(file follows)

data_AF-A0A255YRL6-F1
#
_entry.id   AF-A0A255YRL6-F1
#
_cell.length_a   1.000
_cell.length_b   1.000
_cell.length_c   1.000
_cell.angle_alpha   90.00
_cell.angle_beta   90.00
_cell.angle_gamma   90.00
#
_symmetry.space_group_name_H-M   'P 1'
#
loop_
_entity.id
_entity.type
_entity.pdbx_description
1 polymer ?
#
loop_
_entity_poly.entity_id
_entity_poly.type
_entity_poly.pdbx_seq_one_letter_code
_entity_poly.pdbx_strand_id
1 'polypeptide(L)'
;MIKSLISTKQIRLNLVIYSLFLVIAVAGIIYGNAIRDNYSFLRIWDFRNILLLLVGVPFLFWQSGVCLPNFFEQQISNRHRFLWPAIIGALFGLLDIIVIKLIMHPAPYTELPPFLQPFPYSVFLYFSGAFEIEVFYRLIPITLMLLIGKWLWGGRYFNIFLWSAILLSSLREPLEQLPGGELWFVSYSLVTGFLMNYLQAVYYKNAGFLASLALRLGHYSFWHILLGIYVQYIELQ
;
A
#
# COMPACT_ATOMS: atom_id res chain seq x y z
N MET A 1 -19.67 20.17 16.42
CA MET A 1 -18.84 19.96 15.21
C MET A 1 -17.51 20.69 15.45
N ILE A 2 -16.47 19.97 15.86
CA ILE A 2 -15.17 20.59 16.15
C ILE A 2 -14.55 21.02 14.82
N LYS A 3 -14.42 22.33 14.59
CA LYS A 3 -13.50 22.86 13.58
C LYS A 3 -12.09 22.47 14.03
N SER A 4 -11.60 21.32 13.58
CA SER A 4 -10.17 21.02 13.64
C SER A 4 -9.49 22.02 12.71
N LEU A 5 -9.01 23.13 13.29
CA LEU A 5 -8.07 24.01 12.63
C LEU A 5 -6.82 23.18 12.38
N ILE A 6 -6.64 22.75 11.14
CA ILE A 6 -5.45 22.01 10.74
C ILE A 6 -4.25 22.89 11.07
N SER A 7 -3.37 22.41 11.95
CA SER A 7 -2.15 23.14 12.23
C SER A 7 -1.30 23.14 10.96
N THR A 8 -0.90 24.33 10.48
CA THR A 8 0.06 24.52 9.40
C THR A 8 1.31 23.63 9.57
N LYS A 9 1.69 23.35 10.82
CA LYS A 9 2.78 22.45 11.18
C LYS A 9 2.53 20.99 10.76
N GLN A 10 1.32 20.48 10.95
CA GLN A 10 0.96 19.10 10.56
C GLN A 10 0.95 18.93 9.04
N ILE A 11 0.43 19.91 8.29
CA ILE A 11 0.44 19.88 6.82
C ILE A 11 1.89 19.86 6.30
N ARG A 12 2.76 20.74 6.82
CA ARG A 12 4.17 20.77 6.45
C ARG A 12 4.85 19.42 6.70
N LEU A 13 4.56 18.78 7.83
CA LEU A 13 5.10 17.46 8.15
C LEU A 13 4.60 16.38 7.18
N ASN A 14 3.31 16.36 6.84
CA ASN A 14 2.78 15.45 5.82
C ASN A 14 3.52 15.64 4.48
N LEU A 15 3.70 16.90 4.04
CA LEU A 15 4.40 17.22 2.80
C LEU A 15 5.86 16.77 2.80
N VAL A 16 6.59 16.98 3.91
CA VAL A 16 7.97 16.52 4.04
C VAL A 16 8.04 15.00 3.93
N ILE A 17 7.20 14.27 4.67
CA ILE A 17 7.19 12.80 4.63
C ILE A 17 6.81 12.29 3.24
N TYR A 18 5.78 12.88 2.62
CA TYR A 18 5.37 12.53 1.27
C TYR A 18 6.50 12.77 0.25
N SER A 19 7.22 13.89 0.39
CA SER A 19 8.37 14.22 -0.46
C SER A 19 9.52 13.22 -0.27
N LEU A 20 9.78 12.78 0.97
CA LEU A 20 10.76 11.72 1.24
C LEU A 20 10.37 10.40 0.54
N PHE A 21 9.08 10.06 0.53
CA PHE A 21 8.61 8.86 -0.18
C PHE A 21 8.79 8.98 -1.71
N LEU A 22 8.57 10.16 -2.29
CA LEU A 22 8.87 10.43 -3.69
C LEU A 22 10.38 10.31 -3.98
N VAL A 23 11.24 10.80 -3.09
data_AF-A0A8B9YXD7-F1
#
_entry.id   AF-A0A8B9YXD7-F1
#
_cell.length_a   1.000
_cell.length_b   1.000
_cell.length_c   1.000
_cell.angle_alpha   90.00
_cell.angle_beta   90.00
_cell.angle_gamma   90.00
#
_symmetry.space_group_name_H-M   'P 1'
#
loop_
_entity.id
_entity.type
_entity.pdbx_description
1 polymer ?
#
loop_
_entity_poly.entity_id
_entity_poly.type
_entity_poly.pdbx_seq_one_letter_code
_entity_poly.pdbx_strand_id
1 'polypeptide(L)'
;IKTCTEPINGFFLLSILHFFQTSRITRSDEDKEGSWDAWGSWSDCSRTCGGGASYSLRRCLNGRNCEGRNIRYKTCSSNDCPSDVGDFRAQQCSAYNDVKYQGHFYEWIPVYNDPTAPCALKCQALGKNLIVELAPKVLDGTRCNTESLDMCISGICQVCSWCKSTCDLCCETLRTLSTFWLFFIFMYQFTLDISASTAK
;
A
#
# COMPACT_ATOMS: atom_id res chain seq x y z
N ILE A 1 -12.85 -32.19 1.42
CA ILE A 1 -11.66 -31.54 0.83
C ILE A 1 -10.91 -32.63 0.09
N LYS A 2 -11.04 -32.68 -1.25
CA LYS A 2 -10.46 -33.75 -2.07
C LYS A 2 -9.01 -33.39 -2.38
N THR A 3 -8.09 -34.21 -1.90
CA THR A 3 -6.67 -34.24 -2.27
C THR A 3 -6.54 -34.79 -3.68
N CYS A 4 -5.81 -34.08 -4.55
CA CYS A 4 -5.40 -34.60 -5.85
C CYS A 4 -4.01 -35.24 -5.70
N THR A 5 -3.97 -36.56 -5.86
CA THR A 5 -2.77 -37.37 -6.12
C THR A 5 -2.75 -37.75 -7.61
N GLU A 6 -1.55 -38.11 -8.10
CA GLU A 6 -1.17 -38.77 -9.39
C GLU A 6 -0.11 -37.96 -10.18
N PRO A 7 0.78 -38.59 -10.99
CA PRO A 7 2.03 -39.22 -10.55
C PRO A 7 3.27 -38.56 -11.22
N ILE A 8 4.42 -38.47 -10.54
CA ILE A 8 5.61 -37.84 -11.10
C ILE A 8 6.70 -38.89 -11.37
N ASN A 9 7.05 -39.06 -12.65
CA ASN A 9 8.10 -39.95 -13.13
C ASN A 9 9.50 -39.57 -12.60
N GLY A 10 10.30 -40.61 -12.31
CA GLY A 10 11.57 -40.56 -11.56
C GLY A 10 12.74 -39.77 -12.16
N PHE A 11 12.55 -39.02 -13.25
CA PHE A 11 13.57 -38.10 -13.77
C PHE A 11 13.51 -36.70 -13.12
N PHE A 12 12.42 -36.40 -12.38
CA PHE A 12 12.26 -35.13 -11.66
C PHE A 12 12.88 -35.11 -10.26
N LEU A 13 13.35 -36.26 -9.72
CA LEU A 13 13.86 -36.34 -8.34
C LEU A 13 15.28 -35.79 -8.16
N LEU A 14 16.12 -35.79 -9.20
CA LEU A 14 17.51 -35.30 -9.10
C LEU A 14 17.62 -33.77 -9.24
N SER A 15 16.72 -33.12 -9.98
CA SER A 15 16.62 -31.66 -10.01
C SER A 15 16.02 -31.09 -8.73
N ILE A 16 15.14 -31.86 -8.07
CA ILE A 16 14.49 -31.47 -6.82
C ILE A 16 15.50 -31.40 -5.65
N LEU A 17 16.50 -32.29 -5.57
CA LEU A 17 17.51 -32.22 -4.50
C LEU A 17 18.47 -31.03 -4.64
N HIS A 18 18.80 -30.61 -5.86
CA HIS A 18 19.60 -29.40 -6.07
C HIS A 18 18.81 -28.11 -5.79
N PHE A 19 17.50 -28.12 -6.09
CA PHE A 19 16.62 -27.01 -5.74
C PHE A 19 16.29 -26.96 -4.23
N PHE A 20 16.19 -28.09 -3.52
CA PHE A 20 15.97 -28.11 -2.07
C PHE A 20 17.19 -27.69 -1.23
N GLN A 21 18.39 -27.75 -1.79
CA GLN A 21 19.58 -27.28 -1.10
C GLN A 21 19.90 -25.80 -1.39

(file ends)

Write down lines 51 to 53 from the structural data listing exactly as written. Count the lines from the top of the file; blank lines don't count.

C SER A 7 -1.30 23.14 10.96
N THR A 8 -0.90 24.33 10.48
CA THR A 8 0.06 24.52 9.40